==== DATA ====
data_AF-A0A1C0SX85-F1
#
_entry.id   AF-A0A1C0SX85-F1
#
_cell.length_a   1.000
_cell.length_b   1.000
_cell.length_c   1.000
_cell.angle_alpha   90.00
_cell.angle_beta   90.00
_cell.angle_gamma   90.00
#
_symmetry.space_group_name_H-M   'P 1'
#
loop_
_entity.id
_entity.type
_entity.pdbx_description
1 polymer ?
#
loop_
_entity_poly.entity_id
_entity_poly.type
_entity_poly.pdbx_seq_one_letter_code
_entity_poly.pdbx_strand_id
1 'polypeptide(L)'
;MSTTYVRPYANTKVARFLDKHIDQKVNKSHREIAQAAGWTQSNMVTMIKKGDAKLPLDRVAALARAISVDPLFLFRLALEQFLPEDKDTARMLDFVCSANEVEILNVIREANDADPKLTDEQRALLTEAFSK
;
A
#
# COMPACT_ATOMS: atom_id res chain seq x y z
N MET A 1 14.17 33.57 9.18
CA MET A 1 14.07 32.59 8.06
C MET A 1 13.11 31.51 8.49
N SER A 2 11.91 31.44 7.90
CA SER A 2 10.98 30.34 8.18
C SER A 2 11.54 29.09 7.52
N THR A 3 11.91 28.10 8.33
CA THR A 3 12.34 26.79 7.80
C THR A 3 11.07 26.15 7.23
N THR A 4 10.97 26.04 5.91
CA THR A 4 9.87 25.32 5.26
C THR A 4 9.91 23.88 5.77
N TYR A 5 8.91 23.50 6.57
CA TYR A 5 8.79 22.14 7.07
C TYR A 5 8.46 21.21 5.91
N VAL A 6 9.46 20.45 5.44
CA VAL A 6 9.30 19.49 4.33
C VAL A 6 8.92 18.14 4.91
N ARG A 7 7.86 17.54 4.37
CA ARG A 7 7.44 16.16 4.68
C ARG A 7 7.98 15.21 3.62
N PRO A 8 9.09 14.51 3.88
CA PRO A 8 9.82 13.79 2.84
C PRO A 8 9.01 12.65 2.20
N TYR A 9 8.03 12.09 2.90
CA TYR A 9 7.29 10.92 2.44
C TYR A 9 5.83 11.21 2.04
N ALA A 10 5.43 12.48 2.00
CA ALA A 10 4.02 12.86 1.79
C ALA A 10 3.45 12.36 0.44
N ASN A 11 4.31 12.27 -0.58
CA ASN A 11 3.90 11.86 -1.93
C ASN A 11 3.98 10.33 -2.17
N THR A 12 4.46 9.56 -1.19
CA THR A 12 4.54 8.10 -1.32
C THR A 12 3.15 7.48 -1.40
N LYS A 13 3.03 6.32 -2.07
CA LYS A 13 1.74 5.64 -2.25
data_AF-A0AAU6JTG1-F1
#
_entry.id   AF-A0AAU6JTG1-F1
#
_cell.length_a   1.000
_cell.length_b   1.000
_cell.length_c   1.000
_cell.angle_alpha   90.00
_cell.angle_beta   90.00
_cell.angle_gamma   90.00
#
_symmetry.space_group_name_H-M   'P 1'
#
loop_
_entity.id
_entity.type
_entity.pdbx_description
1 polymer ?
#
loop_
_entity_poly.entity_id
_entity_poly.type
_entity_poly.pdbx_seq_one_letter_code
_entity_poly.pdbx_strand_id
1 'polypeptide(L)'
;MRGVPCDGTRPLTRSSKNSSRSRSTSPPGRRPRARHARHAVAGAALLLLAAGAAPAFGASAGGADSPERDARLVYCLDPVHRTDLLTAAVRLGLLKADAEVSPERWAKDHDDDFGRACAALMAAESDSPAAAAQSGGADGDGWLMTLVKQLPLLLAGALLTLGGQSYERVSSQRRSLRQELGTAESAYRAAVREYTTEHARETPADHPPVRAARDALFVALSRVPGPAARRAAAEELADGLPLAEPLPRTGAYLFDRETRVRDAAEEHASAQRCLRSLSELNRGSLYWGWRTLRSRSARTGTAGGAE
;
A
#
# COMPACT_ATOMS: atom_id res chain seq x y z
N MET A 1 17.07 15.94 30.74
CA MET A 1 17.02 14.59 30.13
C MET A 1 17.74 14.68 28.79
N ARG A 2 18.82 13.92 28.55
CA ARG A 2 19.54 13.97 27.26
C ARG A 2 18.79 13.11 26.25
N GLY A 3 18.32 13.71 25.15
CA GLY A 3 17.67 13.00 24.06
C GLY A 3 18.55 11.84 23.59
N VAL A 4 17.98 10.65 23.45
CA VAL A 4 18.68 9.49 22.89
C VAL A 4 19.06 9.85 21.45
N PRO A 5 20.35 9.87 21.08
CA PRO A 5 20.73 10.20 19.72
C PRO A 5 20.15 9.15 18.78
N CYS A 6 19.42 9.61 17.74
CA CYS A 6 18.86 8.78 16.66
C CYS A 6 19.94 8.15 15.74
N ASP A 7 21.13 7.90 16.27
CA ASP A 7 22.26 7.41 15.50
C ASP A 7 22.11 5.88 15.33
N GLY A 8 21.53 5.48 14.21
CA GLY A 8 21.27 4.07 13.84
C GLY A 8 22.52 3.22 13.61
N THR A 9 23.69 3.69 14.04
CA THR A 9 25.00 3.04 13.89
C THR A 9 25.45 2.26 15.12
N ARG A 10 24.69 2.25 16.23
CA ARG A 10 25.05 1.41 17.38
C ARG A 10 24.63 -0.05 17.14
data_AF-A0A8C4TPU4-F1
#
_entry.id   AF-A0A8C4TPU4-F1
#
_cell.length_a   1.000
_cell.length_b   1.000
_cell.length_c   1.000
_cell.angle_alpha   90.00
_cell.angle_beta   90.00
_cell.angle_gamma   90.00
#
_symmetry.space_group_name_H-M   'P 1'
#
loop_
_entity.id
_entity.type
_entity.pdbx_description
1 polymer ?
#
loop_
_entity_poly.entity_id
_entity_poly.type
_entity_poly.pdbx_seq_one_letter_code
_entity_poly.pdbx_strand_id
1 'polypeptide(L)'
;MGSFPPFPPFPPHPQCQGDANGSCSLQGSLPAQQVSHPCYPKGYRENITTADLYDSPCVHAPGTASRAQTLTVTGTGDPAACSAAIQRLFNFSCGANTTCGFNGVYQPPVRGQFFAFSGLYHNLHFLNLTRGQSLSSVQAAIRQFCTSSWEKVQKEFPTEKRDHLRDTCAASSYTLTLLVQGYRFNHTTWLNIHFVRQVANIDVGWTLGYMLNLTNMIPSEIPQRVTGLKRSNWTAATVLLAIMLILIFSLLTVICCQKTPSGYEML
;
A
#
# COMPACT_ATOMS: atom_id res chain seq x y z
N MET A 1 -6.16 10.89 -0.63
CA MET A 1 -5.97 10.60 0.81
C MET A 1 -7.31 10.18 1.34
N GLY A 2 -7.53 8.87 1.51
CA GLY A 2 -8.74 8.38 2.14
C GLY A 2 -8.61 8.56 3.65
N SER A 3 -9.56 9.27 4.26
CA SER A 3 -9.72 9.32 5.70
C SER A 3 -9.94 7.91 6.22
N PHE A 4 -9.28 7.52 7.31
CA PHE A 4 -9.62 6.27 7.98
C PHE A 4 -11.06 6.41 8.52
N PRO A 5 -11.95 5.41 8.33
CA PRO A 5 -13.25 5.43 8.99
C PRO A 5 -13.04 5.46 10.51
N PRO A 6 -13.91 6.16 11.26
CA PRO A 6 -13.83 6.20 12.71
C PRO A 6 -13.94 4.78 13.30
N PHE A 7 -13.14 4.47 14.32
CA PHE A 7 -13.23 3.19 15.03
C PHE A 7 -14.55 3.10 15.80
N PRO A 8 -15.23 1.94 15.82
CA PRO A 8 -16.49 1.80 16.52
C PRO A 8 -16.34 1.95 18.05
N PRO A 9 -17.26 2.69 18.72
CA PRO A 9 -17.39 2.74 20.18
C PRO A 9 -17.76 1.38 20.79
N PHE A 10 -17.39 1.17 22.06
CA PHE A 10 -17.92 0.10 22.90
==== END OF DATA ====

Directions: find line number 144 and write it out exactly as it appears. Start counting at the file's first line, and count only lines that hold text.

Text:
_entity.type